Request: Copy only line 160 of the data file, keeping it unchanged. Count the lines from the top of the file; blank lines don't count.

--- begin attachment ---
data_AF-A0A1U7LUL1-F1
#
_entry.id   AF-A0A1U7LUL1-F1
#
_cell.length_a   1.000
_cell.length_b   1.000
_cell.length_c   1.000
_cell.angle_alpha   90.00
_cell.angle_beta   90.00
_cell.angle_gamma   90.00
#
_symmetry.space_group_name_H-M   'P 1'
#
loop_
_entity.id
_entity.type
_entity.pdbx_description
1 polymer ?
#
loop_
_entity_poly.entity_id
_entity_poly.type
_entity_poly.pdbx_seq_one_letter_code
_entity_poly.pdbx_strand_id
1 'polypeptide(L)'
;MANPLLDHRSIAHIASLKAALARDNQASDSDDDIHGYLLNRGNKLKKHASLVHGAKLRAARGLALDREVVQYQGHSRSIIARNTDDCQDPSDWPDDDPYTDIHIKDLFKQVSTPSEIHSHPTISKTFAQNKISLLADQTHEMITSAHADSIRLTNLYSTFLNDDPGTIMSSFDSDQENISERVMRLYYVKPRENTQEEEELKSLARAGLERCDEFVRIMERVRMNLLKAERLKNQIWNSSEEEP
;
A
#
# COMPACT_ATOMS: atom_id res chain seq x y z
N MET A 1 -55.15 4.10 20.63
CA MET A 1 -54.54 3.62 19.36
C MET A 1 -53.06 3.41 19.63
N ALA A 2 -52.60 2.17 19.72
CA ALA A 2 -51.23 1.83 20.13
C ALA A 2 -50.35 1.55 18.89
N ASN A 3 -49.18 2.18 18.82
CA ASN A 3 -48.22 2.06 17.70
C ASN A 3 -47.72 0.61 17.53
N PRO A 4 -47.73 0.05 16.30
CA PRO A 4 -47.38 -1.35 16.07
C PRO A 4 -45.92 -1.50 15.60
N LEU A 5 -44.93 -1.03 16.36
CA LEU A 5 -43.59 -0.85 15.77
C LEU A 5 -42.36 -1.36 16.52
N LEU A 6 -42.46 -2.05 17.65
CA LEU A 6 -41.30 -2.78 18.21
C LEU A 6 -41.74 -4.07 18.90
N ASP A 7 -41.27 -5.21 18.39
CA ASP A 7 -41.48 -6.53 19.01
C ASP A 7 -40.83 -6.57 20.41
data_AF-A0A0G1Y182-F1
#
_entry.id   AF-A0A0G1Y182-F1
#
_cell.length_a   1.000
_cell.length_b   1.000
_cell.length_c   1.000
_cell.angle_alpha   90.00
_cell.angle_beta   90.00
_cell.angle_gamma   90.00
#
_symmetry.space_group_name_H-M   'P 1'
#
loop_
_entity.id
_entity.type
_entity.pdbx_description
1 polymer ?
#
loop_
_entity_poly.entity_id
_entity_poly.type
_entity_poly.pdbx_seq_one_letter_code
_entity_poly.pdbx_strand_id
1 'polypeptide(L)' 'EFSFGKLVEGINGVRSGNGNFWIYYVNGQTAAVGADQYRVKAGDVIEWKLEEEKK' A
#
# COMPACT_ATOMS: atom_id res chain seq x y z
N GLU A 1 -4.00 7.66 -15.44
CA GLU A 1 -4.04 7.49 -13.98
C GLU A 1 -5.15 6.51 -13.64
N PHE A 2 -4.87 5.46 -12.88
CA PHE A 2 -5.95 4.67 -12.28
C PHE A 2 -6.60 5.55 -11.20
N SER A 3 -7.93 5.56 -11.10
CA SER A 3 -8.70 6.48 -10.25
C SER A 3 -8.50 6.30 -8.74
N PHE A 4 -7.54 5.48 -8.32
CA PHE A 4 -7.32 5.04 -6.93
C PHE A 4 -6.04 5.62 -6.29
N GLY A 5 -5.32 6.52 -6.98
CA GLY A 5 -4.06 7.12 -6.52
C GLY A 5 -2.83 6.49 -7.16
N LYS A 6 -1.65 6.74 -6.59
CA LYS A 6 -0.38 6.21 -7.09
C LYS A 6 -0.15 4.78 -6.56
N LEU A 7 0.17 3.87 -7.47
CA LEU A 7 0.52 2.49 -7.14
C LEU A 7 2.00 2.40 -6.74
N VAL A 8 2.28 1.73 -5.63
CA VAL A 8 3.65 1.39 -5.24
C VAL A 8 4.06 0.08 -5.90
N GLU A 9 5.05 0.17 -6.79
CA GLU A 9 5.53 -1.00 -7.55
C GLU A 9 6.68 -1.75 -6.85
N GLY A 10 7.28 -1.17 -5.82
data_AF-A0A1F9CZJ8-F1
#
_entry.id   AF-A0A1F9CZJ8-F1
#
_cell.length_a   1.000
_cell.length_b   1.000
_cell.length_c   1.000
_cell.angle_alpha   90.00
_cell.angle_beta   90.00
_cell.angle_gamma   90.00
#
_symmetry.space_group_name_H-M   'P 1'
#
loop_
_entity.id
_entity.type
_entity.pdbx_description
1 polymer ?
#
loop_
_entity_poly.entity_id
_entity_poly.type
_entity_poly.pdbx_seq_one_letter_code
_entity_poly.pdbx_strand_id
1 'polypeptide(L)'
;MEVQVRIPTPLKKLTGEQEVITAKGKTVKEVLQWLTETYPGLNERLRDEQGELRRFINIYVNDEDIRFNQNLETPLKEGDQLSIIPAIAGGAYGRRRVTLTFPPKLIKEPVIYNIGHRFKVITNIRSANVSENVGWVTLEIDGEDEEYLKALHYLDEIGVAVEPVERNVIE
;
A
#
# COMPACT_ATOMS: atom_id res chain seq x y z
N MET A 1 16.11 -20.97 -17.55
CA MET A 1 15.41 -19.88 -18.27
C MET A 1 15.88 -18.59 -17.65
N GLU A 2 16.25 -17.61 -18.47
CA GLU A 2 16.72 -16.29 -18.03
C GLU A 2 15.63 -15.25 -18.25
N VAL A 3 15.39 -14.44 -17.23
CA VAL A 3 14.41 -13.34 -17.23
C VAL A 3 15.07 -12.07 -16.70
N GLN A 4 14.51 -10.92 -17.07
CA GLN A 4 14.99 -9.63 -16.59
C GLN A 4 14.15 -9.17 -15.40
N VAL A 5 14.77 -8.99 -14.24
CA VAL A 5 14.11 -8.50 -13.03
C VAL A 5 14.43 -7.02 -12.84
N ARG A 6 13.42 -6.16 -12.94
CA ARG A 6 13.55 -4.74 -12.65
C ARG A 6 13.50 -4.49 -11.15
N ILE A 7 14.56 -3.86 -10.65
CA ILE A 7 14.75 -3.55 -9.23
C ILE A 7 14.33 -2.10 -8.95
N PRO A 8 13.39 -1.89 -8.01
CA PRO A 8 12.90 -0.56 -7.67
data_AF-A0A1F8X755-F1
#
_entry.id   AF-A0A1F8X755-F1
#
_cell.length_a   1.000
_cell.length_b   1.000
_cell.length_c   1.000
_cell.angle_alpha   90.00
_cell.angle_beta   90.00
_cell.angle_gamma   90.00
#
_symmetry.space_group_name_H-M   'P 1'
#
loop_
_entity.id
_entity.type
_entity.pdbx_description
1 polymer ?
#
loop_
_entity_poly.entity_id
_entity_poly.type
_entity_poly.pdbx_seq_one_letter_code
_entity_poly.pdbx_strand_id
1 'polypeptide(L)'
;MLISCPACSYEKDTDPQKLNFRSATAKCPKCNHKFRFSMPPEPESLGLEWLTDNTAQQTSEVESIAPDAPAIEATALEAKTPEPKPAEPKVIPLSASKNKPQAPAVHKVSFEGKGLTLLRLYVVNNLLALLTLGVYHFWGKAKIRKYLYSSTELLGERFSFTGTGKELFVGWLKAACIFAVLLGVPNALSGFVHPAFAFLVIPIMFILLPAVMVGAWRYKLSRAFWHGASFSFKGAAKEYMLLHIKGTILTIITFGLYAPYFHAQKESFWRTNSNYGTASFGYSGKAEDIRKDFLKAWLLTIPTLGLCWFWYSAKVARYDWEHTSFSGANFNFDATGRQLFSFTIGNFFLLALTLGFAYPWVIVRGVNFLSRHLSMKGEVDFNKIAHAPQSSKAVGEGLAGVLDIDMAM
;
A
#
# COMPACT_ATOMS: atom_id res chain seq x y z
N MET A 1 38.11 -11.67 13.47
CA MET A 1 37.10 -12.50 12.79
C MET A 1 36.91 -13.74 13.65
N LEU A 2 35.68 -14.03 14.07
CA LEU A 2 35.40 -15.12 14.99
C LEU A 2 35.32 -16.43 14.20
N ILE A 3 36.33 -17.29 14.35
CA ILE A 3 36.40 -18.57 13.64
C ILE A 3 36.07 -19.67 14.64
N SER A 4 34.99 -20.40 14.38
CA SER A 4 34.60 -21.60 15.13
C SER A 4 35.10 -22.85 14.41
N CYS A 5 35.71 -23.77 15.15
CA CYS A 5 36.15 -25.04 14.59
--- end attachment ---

data_AF-A0A1F8X755-F1